Second, we want to see a robust contract for delivery and operation of the infrastructure. This will need to support fair access to the systems and ensure that the company providing the infrastructure does not also enjoy an unfair advantage in other, related markets. 
 
And, third, we will need high quality governance arrangements for the new payment system. Allowing rules to be amended in light of experience and as the demands placed on the system change over time.
 
And this is where the PSR comes in. We are engaged in all of these aspects of the delivery of the NPA – working closely alongside the Bank of England.
 
I see our role as critical to ensuring that these pieces fit together and that decisions taken now work towards a resilient, competitive and innovative inter-bank payment system. Indeed, the PSR – as an independent regulator working only on payment systems – provides focus on these issues, keeps an eye on the longer-term implications of decisions, and can provide consistency of approach over time.
 
As part of this, we are also working hard to build on our existing approach to promoting access and competition, ensuring that our regulation is fit for purpose when the NPA is delivered. Again, supporting competition and innovation. So that future users of the payment systems are protected.

Other PSR work

As I said at the beginning, I wanted to concentrate today on the two big transformations – cash and the NPA – but there is a lot more going on in the payments landscape and at the PSR.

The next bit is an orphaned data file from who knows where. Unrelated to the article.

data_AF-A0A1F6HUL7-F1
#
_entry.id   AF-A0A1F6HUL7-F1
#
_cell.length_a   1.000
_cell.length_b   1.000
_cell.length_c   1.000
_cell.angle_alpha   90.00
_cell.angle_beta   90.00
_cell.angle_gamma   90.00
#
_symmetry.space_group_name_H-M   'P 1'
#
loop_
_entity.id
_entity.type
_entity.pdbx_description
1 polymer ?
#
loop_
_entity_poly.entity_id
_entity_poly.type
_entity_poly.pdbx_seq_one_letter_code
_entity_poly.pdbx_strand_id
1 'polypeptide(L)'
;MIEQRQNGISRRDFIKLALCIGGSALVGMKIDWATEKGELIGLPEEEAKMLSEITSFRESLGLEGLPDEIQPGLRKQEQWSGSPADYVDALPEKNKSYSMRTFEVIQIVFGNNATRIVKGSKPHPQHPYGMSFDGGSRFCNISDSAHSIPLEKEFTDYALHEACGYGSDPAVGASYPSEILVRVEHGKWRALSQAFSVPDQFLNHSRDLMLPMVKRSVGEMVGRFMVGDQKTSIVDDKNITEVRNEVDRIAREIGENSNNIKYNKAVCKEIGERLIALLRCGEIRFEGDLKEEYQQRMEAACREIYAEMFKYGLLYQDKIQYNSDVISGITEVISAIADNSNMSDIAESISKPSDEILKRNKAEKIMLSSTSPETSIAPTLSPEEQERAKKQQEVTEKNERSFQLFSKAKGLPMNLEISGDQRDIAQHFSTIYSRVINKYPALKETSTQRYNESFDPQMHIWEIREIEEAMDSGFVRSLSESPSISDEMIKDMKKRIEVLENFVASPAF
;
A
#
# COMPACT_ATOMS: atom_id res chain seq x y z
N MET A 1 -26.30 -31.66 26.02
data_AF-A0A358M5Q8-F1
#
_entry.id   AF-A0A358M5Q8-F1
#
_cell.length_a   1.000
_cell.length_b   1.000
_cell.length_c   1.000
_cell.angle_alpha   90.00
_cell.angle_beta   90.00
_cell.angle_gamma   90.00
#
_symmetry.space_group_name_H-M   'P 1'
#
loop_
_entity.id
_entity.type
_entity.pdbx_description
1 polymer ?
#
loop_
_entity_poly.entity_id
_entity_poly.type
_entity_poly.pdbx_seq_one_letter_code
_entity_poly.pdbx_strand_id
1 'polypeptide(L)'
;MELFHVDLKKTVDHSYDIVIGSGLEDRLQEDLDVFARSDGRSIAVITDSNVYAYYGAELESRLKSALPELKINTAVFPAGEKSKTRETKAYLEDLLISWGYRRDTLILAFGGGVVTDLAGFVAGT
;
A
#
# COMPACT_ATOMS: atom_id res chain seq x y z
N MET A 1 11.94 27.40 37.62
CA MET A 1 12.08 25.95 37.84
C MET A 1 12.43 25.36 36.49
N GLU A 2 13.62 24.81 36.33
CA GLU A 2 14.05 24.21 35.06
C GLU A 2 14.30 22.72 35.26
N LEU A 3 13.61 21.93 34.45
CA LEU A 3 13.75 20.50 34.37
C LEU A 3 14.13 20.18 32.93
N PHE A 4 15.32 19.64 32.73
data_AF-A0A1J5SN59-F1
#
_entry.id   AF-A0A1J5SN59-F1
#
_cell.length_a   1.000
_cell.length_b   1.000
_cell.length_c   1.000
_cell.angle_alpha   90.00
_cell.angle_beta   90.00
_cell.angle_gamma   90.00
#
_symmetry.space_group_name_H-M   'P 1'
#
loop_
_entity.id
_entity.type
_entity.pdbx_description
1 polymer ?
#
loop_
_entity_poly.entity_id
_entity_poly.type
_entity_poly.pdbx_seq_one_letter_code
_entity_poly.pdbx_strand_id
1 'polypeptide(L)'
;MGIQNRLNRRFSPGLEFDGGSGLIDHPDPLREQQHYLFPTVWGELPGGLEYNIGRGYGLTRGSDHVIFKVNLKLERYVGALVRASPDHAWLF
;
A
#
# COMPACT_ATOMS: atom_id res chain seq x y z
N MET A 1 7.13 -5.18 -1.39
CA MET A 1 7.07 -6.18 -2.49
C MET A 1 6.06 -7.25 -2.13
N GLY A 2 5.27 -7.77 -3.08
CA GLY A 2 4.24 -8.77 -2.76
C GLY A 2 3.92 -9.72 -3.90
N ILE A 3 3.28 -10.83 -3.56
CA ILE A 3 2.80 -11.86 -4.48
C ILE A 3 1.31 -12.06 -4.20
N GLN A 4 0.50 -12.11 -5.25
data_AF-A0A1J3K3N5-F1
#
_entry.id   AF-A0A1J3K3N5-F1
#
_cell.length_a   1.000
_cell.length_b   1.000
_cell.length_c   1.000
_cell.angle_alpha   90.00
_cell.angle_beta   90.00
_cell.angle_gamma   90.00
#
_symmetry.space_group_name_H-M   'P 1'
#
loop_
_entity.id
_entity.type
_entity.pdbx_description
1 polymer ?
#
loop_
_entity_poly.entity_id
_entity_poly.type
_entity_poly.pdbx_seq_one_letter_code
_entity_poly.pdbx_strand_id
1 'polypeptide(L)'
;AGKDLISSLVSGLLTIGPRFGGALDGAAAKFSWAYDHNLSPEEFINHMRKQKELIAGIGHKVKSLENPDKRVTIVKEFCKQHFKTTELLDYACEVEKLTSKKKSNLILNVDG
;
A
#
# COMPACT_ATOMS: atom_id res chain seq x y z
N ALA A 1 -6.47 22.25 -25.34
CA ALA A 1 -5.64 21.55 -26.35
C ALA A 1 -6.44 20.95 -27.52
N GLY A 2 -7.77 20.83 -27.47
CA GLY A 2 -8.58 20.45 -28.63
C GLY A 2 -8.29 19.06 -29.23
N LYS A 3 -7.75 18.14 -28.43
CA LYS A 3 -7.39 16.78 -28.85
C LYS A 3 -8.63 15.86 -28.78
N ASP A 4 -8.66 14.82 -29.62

Indeed, I haven’t had time to talk about: our work that has supported record numbers of PSPs connecting to our interbank systems; our work on competition in the card acquiring market; our first competition act case; or our work to protect people from fraud.
 
You’ll have to ask me about those another time - I’m around all week. 

Concluding remarks

As I said at the beginning – this is a fast-moving sector with an exciting future. And I’m excited to be taking up the reins at the PSR as we head into that future. 
 
I have focused today on the two major transformations that are clear priorities for the PSR now. But you will all be acutely aware of the potential for another wave of transformations coming down the track – how will crypto currencies impact the payments landscape? How will Open Banking transform competition? And what is the new technological disruption that we haven’t even imagined yet?
 
The PSR has a vital role to play in ensuring that the UK’s payment landscape is competitive, supports innovation and – fundamentally – benefits people and businesses. 
 
And I look forward to working with you all to ensure we get these transitions right. 
 
Thank you.